Pre-Buy Your Intermission Drinks At The Theatre

Pre-Buy Your Intermission Drinks At The Theatre

A night of live theatrical performance can be so much more exciting and engaging than catching the latest blockbuster, and a good cocktail before the show and during intermission can make the night even more fun. Here’s the best way to go about ordering your drinks at the theatre’s bar.

Photo: Henry Ngo

[referenced url=”” thumb=”” title=”How Theatre Taught Me Empathy” excerpt=”Theatre gave me a lot of things. It was a place where my weird mannerisms and silly voices became unique tools. Performing also got me to break out of my shell and stop fearing what others thought of me, which, in turn, helped me learn to accept and be myself. But most of all, theatre taught me how to empathise with others better.”]

Managing your time is the most important thing if you hope to imbibe at the theatre. You need to get there early enough to grab a drink at the bar and enjoy your beverage. You also need time to plan out your intermission drink.

That’s right, you can order and pay for an intermission cocktail from the theatre barkeep before the show. It’s easy:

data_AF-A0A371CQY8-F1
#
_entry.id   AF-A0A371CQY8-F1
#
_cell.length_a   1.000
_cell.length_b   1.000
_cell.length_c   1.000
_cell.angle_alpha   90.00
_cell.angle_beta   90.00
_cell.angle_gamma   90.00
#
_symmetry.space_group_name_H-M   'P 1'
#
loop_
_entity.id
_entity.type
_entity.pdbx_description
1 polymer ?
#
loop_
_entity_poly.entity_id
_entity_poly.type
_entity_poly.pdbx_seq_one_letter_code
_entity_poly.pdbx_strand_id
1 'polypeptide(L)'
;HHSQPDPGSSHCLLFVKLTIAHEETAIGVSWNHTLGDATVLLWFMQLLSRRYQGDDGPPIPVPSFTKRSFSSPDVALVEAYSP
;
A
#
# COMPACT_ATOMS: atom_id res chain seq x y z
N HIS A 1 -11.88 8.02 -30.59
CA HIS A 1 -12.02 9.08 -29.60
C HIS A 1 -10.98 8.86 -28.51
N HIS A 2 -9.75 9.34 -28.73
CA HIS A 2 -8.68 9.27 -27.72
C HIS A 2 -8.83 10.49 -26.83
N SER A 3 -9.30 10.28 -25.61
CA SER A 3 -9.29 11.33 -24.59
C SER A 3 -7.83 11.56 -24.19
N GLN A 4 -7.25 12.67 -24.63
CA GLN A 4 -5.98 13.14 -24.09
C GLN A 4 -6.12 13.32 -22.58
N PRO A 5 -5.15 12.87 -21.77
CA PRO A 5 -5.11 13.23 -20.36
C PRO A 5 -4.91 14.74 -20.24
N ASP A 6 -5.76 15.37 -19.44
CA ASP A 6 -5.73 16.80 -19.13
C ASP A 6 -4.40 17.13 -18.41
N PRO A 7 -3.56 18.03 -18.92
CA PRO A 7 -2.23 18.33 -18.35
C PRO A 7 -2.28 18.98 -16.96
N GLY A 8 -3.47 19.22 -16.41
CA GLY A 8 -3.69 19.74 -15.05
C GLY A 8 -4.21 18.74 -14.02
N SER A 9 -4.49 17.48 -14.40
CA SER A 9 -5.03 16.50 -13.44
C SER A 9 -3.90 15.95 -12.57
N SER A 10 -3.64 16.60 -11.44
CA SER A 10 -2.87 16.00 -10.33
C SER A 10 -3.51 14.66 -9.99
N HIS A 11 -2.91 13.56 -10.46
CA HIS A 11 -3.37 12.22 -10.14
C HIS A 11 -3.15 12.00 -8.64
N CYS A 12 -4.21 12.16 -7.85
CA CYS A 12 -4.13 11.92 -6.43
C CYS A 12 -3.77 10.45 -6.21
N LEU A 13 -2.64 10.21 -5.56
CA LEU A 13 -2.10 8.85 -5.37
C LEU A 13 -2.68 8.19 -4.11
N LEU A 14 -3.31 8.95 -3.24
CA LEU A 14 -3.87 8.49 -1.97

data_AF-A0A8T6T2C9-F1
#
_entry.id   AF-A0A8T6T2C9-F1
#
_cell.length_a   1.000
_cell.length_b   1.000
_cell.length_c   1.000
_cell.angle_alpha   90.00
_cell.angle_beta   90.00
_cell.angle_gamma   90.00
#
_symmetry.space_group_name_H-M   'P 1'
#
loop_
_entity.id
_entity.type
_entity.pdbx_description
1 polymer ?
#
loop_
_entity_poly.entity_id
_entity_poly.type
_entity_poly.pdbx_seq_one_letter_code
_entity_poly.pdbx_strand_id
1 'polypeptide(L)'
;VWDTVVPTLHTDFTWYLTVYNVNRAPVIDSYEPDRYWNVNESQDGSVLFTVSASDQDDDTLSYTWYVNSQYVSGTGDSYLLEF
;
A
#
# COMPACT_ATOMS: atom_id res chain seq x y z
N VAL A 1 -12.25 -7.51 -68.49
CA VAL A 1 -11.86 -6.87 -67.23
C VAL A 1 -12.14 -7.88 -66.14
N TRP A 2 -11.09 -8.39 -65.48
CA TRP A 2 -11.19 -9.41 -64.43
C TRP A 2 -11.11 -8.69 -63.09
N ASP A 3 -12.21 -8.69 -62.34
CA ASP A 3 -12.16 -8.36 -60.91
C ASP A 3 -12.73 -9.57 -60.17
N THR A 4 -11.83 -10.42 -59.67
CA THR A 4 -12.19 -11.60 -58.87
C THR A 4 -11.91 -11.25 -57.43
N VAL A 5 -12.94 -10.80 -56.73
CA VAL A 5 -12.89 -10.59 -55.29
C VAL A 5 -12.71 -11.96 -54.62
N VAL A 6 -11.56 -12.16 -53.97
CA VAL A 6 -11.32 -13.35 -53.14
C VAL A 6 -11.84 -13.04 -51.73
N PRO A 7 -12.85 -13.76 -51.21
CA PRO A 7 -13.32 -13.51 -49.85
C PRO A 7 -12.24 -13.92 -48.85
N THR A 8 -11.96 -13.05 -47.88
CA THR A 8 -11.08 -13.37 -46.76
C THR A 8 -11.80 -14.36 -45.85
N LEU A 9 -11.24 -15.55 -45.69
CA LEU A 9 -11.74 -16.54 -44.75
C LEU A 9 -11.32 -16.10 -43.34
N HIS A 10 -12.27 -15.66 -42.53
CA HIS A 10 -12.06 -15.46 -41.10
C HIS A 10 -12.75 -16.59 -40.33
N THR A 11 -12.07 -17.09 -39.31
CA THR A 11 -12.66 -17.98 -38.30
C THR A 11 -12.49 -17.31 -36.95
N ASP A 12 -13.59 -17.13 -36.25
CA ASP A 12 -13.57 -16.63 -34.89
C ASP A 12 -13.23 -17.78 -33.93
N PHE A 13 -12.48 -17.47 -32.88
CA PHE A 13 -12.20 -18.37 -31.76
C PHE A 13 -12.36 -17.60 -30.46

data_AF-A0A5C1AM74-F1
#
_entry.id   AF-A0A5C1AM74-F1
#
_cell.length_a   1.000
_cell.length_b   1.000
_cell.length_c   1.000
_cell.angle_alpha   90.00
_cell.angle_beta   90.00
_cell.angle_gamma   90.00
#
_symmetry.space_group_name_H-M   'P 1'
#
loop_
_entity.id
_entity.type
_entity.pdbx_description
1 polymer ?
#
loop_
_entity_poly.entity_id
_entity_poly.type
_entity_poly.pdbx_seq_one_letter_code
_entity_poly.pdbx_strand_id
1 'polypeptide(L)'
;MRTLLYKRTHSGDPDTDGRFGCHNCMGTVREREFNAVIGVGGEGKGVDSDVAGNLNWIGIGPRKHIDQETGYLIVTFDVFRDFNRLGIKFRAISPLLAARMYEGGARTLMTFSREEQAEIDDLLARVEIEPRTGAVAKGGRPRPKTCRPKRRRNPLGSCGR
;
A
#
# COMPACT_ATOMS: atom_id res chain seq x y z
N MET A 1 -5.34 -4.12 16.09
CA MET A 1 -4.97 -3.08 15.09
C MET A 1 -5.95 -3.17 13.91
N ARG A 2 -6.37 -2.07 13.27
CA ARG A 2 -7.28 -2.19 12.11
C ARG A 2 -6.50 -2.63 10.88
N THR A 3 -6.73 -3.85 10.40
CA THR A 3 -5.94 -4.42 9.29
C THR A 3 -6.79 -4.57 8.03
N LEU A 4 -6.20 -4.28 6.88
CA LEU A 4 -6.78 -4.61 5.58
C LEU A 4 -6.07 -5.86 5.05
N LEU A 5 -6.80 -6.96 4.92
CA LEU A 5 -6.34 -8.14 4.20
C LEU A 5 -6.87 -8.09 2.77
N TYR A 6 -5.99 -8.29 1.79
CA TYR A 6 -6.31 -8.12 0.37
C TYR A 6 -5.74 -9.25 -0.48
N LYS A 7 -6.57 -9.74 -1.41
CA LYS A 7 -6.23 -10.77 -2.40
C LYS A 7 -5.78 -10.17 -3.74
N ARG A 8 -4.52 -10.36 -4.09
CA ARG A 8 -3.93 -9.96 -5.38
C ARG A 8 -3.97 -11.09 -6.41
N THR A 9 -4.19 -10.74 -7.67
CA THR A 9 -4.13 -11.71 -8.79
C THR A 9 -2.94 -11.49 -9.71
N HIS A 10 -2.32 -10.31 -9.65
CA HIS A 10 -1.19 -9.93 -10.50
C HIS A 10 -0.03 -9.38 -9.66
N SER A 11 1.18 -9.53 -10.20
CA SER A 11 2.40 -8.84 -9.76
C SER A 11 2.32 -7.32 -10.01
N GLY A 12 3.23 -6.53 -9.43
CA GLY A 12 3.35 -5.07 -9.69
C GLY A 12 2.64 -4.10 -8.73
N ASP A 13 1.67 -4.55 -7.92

1. Order a drink.
  2. Ask them if you can also pre-buy a drink for intermission.
  3. Tell them your name.
  4. Pay for both drinks at once.

Come intermission, your cocktail, wine or beer will be sitting somewhere on the bar – usually off to the side – on a napkin with your name on it. All you have to do is walk up and grab it. No lines, no waiting, no hassles.

As our tech editor and fellow thespian David Murphy puts it, “It’s critical – only scrubs wait at intermission.”

I agree. Plan ahead and, not only will you have time to use the restroom, but you’ll actually be able to enjoy your cocktail instead of quickly knocking it back while the ushers flick the lights on and off.

As a former theatre actor, I can tell you that we love it when people have a couple of drinks. Like a two-drink minimum at a comedy club, it loosens people up so they laugh more, cry more, and generally feel more of what is being portrayed on stage. Theatre is all about energy, and a loosened up crowd gives off more. Also, it makes the theatre money!

That said, it’s only great as long as people don’t go overboard. I’ve been in a few shows where drunken patrons interrupted scenes, but hey, that’s what you get for doing Shakespeare outside and serving copious amounts of wine. So, have a few and enjoy the show, but please, control yourself.

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